I'd just go back and forth across one trail till I had 4-5 passes, then start a new log and hit another trail.
    There may be software which can average multiple tracks. Many of the professional grade GPS units use an averaging scheme, GPS signal quality control, and other techniques in the field to improve accuracy. The best thing about averaging is that your tracks will become better over time (given you always ride the same route).


    For what the maps will be used for, I bet free handing the trails onto a map will be less work while conveying the needed information. As already said, once you get the GPS data you will need to clean up the paths and export them in a usable format.

    Have you thought about reducing the number of trails that will be shown on the map? On the map I previously mentioned, I left out many of the unnecessary "shortcut" type trails that were no use to people trying to follow the main loops. We then went out and started closing down the trails that weren't shown on the map.

  9. #9
    I should be out riding
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    Using multiple gps files and the 'make map' function in topofusion is a good starting point.

  10. #10
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    Over the past 10 years I've mapped pretty much every trail in my area for my trail site. The one I show below was a particularly difficult one for reasons similar to what you described. There are a couple of trail systems in my area that are like this. Unfortunately there's no simple way. I use GPS tracks to start, but then I need to manually adjust them quite a bit based on my memory of the trails and multiple trips back to verify questionable areas (Now I also will take some photos and video of the trickiest areas where multiple trails meet or come close together). A good topographic map can really help tweak things if the terrain varies enough, as can Google Earth and anything else I can get my hands on.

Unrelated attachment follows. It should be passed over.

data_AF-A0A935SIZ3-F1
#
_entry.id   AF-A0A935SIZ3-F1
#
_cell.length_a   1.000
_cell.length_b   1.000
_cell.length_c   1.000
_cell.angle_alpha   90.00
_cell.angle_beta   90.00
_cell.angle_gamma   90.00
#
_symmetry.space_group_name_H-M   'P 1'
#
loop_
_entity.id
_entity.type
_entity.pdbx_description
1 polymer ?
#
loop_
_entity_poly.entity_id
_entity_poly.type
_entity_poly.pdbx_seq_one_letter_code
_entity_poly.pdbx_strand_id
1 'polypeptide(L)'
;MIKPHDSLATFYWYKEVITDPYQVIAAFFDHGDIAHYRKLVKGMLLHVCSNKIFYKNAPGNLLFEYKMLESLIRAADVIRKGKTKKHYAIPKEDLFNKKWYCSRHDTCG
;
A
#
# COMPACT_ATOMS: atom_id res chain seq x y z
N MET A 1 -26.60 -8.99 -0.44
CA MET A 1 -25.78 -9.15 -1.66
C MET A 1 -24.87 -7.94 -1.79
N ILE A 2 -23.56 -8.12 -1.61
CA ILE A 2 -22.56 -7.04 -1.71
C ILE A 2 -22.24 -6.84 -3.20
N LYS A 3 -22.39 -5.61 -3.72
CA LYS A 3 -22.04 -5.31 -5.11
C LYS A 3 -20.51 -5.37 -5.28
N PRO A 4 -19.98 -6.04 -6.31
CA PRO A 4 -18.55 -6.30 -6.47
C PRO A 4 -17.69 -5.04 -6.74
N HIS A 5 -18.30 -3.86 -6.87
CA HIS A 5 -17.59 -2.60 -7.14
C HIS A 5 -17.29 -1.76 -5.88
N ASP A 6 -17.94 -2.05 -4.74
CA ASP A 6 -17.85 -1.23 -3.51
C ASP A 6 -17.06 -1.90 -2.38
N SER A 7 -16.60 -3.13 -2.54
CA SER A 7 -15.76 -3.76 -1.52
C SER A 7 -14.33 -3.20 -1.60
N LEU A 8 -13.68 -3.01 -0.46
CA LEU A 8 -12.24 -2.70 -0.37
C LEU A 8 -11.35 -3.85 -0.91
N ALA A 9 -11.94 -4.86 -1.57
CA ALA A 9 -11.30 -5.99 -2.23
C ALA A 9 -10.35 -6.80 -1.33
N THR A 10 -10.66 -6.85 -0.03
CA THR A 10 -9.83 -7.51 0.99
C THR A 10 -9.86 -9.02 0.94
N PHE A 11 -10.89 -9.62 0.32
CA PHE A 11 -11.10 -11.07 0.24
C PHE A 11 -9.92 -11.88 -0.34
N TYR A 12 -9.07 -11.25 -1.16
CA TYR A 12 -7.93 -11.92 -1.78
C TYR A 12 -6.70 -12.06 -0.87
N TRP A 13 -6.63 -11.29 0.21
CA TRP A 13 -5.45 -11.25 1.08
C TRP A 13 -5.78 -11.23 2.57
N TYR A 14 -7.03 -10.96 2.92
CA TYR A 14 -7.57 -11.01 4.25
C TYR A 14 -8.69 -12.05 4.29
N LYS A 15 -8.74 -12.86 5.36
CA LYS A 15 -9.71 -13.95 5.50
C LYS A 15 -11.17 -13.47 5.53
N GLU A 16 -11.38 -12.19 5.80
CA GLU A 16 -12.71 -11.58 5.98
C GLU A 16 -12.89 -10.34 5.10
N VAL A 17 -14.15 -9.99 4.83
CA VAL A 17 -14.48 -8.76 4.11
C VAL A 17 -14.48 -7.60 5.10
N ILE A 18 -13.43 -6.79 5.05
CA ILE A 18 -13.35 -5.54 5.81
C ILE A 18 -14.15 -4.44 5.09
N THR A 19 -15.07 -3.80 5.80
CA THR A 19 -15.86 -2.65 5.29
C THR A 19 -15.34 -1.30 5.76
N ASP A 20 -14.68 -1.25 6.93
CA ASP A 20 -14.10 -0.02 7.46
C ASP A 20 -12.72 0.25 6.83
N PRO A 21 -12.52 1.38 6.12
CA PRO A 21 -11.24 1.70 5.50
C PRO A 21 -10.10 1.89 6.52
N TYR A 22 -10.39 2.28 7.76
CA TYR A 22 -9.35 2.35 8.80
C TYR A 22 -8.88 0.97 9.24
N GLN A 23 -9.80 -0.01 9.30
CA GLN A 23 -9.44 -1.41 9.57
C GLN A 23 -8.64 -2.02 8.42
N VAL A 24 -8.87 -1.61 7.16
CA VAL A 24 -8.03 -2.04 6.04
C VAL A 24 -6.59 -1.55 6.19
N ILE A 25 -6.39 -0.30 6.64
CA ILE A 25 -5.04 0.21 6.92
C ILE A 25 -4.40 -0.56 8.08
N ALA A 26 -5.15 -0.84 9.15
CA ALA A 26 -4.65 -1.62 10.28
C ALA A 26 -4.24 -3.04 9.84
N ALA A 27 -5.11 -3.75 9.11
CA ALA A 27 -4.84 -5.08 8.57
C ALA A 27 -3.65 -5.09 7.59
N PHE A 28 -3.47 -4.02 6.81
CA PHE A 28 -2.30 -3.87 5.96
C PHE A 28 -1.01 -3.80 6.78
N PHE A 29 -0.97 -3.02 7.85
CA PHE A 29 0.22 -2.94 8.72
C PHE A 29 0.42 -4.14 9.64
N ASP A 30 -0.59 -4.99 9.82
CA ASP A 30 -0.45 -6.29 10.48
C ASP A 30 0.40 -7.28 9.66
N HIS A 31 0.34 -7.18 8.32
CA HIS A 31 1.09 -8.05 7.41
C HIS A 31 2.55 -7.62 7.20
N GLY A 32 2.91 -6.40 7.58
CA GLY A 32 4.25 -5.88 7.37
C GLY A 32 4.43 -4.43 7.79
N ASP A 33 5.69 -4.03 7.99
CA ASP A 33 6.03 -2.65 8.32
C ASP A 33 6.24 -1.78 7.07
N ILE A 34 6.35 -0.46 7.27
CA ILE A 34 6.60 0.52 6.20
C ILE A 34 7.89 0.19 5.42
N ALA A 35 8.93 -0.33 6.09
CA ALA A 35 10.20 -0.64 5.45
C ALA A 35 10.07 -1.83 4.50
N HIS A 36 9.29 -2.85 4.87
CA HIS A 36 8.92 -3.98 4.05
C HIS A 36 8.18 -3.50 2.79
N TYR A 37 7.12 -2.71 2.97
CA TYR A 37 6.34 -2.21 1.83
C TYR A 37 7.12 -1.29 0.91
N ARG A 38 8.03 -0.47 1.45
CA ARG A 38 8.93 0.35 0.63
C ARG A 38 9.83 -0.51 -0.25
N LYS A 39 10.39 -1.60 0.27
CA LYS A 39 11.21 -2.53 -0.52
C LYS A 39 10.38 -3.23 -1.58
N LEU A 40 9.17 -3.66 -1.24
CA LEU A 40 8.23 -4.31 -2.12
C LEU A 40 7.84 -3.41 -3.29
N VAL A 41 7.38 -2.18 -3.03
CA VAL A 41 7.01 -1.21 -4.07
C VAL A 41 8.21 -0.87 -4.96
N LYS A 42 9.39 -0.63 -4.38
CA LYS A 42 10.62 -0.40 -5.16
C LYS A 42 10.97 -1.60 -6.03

"Accurate" is a relative term though. I wouldn't dare claim my maps are 100% accurate (in fact I have a recently revised version of this map I' haven't gotten around to uploading yet), but they are plenty accurate for the purpose they are intended.
    At some point the spiderweb of trails gets so complicated that even if the map is accurate, it's very difficult to use when you're on the ground anyway if you don't have marked intersections (this park doesn't).
    Recommendation for developing an accurate trail system map? (Urban and TIGHT.)-map_wi_kenosha_petrifying_springs.png
    Warning: may contain sarcasm and/or crap made up in an attempt to feel important.

  11. #11
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    Interesting trailville---and yes, that trail system is very similar to the one we have. I agree "accurate" is a relative term, and also agree that a map would be useless without signage.

    @ACree: I have TopoFusion, and if the "make map" feature you're talking about is the same as the "Create Trail Network" feature, I've tried using it and haven't found it to be useful for trails this tight---it really goofs up the tracks and moves some of them wildly out of place. There are two sliders for controlling how it does this, and I admit I don't understand either of them and haven't played with them a lot...so I might go back and give it another shot.
    29er wheels are dangerous. They may cause you to go faster which can result in serious bodily injury. —Jim311

  12. #12
    I should be out riding
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    Yes, that's the feature. I have used it to combine gps files from multiple rides on various routes in a trail system and create a very basic map. I thought it was supposed to average out the track where something had been ridden multiple times. I'm no expert on the software though. Might be worth reaching out to the developer.

    Quote Originally Posted by SWriverstone View Post
    Interesting trailville---and yes, that trail system is very similar to the one we have. I agree "accurate" is a relative term, and also agree that a map would be useless without signage.

    @ACree: I have TopoFusion, and if the "make map" feature you're talking about is the same as the "Create Trail Network" feature, I've tried using it and haven't found it to be useful for trails this tight---it really goofs up the tracks and moves some of them wildly out of place. There are two sliders for controlling how it does this, and I admit I don't understand either of them and haven't played with them a lot...so I might go back and give it another shot.